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From Turkey to Germany to Texas, the star of the show at VertsKebap has had quite a journey.
The menu at this Austin, Texas–based chain is designed around the döner kebap, a Turkish street food brought by immigrants to Germany, where it became a popular fast-food option.
A kebap includes meat cooked on a vertical rotisserie, vegetables, and sauces cradled in grilled and folded Turkish-style pide bread, which is crispy on the outside and chewy on the inside.
“I was born and raised in Germany,” says VertsKebap CFO and cofounder Dominik Stein. “I came over to Texas as a student and realized there was nothing like the kebap here. It is Germany’s most popular fast food, so it surprised me that there were none to be found here.”
Stein and Michael Heyne, another German student studying in the U.S., decided to remedy America’s kebap shortage. The two were able to research the topic for marketing and finance classes as part of their MBA studies at the University of Texas at Austin (UT).
“Neither one of us had a restaurant background, but we had a lot of time to get to understand the market using consultants in the industry,” Stein says. “We founded the company and came up with the concept for the first restaurant while we were in school.”
In 2011, the pair opened two VertsKebap units on the UT campus.
“We wanted to have a feeling of how it is to run a restaurant when you can’t be there all day long, so we opened two simultaneously,” Stein says. “It was chaotic in the beginning. We had to learn a lot of lessons.”
COFOUNDERS: Dominik Stein & Michael Heyne
HQ: Austin, Texas
YEAR STARTED: 2011
ANNUAL SALES: –$1.5 million per restaurant
TOTAL UNITS: 25
FRANCHISE UNITS: 0
Stein and Heyne split their time between the two original locations for a year and a half before growing. When they reached 10 locations in Austin, they expanded to Houston and Dallas.
Stein says the combination of quality and nutrition makes the concept special. The two meat choices at VertsKebap are chicken and a blend that contains 5 percent lamb and 95 percent beef. Vegetarian kebaps are made with veggie patties or falafel. Fresh vegetable topping choices include lettuce, greens, cabbage, tomato, cucumber, green pepper, corn, onion, and jalapeño. The house, garlic, and spicy red sauces are made with yogurt. Other sauce choices include vinaigrette and a hot sauce. Feta cheese can also be added to any order.
“Our kebaps have the taste of a burger and the health of a salad,” Stein says.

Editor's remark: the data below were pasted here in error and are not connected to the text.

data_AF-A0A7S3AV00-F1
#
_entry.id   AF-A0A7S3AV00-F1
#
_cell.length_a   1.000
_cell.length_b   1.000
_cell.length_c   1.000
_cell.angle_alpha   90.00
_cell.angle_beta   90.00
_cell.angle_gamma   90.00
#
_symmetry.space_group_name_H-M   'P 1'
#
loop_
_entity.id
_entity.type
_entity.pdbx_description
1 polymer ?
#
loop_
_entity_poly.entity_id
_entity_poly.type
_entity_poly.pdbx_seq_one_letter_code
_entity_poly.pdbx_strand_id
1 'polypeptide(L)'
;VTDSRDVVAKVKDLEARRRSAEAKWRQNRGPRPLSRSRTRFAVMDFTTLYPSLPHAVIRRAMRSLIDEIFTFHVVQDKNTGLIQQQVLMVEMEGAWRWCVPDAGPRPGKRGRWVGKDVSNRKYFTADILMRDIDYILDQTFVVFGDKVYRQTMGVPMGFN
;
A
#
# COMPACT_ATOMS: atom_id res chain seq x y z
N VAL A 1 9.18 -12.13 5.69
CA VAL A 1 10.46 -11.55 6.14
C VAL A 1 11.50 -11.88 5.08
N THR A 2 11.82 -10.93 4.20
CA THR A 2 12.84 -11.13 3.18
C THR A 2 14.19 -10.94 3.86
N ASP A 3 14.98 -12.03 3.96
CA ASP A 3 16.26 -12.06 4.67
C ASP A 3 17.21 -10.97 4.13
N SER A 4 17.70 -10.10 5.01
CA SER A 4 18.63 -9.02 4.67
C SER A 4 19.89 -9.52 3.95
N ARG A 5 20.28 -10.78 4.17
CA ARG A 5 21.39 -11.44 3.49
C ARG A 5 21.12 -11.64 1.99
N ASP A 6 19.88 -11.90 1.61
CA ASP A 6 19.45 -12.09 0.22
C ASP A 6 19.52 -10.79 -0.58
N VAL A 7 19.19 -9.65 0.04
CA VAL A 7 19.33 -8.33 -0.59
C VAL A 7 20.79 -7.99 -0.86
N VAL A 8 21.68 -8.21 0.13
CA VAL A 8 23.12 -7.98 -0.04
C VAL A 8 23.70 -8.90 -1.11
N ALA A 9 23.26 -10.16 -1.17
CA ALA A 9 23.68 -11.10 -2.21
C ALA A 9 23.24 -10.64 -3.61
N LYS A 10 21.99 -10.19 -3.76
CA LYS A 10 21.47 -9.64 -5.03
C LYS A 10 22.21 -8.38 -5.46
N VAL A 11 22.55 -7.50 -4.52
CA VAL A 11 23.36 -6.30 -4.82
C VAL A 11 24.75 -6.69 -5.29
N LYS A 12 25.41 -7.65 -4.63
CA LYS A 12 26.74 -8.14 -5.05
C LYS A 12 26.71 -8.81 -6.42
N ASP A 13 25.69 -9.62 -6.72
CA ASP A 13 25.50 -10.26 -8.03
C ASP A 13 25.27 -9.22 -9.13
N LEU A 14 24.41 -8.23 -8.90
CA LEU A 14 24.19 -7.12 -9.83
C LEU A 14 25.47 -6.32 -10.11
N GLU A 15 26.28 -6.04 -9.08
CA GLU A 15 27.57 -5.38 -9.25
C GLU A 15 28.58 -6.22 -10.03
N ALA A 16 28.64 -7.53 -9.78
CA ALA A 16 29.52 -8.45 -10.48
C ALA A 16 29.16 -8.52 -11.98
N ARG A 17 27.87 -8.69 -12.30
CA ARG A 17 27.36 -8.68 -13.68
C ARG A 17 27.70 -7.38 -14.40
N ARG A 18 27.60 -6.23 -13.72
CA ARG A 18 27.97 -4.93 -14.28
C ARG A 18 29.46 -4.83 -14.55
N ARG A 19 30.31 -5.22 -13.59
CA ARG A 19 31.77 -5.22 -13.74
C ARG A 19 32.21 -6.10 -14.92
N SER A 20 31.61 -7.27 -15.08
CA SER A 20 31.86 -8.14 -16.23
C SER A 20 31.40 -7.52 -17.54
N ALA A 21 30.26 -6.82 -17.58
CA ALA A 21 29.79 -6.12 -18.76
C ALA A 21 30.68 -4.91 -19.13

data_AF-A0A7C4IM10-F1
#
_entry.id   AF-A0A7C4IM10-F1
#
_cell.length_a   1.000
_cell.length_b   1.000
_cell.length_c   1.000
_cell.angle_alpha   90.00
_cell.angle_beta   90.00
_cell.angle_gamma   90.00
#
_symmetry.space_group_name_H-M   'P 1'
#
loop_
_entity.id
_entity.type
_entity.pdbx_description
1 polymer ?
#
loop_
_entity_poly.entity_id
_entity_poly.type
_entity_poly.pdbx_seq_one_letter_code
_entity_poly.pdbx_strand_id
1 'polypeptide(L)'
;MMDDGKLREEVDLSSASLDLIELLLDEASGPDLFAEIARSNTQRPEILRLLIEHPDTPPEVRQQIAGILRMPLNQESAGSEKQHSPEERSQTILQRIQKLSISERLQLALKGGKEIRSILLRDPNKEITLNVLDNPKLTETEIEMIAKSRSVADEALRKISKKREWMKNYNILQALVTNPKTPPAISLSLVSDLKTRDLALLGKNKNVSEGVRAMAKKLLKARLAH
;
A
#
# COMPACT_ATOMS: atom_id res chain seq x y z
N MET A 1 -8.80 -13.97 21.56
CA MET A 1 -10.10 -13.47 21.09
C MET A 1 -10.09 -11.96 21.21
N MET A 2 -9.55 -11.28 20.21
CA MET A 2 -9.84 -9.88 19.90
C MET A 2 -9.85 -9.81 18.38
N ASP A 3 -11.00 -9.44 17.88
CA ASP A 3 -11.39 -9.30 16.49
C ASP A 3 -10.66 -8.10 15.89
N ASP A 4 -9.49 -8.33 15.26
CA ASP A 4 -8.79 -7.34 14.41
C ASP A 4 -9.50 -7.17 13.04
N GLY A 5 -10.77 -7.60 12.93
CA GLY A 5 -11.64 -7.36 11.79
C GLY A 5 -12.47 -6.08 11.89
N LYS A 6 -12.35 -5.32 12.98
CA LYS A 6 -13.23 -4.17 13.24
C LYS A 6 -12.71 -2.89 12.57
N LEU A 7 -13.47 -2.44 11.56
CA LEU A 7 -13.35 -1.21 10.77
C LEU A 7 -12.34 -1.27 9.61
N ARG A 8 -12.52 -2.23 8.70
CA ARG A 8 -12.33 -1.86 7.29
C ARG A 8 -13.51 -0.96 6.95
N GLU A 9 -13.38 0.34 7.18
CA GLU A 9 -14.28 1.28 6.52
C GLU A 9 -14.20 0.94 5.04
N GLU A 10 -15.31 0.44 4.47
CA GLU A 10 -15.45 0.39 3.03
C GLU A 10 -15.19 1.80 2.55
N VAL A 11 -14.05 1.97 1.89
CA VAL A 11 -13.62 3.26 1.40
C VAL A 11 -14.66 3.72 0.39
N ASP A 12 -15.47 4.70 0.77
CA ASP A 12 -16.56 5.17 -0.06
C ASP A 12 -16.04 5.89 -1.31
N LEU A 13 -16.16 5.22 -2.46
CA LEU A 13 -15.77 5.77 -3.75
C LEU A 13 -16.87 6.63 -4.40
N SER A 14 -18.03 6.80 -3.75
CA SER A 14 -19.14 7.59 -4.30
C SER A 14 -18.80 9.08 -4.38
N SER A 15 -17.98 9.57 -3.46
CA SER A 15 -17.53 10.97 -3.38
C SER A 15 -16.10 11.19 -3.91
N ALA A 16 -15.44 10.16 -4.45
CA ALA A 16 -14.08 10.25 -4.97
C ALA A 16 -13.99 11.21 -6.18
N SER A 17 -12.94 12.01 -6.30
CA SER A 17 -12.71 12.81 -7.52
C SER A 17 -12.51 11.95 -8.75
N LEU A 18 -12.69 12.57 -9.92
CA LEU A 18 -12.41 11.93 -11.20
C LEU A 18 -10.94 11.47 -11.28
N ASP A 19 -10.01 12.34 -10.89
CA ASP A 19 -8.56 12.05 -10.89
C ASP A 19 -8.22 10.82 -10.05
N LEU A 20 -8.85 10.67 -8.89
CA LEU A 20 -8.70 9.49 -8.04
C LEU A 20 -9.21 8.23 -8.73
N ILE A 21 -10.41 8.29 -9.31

The meats are seasoned with traditional Turkish spices and stacked by hand. The vertical rotisserie cooks the meat evenly as it turns and allows grease and fat to drip off and be captured below.
Stein says the lean meat, cooking process, and use of yogurt instead of mayonnaise in sauce recipes allows VertsKebap to keep calories under control. He adds that people know they can come to the restaurant and eat something tasty and satisfying without feeling guilty.
Kebaps, wraps, and salad bowls are available in regular and snack sizes. Regular-size entrées are priced between $6.45 and $7.65, and most have fewer than 550 calories. Stein says it is a limited menu, but with a strong focus on the main items.
Side items include skin-on french fries, falafels, and fruit cups. Beverages run the gamut from bottled water and juices to natural sodas, fountain soft drinks, locally brewed draft beers, and a more unusual offering of cold-brewed coffee.
“The coffee is brewed by our supplier and served out of a beer tap,” Stein says. “It is basically iced coffee purchased in a barrel.”
Stein says he and Heyne have 15 new VertsKebap locations in mind for 2016 and are working on site selection.
“I’m not sure when we’d like to move into the next state,” Stein says. “Right now we’re fully concentrating on Texas. We want to create as much brand awareness in Texas as possible. Our growth all depends on cash flow and funding, but we want to get to 100 locations by 2020.”
A typical VertsKebap location is 1,700–2,400 square feet with seating for 75–80 customers who have a view of the meat slowly cooking on the vertical grills. About 80 percent of customers dine in because, Stein says, VertsKebap food is “best consumed when hot and fresh.”
The per-person check average hovers around $10, down slightly from 2014.
“Last year it was up to about $12, but we felt that was getting too high,” Stein says. “We want to be accessible to the average person, so we lowered the prices for our entrées. We also took a few items that cost extra in the past and made them free, like our fresh grilled veggies. Value perception is important. We have to have the pricing right.”
Adjustments were also made to bring the lunch-dinner split closer to 50/50.
“Adding beers, having happy hours, and just providing a nice ambiance with good lighting and nice music makes people want to stay longer,” Stein says. He adds that sales are higher on weekends at some locations because the stores are built more like an upscale restaurant.
Stein says there are no plans to franchise VertsKebap. “We want to make sure quality control is in our own hands,” he says.